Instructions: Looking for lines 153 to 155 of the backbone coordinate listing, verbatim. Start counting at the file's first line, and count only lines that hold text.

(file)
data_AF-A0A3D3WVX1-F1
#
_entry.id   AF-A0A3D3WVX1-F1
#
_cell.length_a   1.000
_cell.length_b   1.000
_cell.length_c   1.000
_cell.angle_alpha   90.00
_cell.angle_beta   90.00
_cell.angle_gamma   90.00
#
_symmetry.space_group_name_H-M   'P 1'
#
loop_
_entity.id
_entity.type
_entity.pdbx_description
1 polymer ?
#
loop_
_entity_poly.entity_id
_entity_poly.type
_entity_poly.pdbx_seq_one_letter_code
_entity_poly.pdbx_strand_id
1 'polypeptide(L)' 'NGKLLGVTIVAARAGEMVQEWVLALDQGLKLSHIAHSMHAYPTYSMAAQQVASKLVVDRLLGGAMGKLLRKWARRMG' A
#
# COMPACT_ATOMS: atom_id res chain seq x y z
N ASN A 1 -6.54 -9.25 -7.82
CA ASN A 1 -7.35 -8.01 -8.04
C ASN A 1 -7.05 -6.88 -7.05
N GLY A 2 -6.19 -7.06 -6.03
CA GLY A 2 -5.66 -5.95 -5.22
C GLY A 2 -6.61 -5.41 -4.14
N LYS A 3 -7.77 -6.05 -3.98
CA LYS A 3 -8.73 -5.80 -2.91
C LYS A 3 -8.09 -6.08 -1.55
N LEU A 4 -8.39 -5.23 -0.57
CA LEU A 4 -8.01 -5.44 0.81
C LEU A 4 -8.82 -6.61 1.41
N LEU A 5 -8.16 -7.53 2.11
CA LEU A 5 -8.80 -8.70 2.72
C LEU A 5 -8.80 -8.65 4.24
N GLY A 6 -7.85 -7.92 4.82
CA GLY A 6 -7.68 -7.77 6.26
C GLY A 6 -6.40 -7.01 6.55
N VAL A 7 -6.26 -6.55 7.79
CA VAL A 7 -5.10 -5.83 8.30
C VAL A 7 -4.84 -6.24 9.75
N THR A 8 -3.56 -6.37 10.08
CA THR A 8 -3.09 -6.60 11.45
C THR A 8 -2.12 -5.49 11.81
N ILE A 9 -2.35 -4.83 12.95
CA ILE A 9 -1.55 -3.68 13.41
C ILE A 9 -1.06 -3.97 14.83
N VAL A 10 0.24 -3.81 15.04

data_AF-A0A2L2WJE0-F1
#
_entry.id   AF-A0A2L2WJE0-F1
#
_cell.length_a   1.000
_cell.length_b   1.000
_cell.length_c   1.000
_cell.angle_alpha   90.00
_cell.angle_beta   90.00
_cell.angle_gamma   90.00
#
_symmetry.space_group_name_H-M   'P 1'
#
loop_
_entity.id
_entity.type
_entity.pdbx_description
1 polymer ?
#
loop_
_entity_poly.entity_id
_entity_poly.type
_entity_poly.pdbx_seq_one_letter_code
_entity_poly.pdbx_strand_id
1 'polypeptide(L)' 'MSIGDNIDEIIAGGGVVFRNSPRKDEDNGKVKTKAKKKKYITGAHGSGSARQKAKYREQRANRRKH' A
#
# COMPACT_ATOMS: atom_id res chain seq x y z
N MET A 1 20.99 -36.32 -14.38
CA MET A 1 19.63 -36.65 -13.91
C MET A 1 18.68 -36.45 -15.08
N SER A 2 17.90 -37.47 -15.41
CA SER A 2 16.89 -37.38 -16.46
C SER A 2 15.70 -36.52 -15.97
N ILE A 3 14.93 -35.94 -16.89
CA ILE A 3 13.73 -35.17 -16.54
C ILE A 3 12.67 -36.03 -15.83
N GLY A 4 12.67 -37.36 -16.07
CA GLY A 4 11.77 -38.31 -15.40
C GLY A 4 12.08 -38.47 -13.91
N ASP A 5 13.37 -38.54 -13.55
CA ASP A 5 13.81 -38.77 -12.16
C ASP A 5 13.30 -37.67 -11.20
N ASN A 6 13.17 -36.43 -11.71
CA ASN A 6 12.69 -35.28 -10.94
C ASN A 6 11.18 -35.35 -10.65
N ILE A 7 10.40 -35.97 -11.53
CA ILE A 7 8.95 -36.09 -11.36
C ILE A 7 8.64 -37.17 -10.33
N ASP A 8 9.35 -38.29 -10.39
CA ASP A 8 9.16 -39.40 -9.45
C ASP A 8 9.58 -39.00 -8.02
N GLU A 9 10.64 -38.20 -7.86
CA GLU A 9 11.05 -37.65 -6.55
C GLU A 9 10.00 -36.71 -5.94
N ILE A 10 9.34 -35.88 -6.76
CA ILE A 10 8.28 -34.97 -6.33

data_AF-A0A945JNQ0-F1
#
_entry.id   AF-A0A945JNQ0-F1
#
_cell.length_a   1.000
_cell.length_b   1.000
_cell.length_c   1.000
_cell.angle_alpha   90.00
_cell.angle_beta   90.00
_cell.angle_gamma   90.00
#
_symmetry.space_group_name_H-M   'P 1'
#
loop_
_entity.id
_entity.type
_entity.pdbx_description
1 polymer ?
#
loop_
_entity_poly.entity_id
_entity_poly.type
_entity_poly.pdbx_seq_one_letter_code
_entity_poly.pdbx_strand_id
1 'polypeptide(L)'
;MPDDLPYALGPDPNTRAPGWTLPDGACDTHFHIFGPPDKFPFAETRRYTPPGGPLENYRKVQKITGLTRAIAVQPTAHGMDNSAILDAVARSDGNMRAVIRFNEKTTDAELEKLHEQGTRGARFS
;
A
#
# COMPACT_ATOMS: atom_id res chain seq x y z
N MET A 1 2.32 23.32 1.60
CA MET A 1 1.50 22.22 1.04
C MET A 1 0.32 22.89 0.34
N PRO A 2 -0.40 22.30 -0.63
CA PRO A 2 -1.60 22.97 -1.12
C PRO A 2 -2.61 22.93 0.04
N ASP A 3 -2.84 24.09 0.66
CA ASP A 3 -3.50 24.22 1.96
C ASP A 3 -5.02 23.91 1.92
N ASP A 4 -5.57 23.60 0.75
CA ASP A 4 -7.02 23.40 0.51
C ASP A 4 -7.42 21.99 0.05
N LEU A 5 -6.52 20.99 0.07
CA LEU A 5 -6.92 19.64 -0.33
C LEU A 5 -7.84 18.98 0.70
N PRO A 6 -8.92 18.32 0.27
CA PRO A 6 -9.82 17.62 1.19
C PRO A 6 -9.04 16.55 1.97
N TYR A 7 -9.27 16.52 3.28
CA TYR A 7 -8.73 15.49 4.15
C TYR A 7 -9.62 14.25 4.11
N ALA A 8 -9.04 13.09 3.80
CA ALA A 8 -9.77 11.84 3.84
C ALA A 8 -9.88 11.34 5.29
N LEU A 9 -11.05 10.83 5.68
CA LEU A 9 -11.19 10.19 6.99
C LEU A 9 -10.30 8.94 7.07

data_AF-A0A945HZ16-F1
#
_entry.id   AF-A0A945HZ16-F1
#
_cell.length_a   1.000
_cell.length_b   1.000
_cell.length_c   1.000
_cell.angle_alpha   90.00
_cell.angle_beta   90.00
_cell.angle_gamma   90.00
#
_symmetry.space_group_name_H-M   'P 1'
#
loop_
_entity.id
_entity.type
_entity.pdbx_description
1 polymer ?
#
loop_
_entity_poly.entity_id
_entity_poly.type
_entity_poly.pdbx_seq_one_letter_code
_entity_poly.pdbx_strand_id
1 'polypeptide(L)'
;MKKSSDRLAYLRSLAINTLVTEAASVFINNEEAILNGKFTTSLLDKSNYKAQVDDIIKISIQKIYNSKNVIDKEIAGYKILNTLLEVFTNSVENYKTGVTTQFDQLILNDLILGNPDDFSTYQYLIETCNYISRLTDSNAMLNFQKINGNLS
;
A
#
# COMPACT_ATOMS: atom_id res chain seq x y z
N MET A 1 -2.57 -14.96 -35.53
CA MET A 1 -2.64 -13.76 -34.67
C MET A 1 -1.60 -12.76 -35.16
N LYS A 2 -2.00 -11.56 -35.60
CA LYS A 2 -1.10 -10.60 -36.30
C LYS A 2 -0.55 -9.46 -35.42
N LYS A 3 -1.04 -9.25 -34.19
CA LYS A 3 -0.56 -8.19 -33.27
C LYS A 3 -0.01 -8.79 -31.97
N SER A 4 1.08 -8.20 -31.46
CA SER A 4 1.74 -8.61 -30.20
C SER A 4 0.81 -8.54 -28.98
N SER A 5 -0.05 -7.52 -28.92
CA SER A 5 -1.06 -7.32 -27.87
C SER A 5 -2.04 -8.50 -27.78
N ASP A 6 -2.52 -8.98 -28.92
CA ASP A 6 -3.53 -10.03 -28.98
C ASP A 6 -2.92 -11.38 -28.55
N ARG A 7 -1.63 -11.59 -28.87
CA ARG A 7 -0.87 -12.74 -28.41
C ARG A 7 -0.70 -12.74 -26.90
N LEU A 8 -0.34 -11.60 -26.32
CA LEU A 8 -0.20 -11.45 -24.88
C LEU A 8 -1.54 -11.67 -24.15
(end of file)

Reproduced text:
C ASP A 4 -7.42 21.99 0.05
N LEU A 5 -6.52 20.99 0.07
CA LEU A 5 -6.92 19.64 -0.33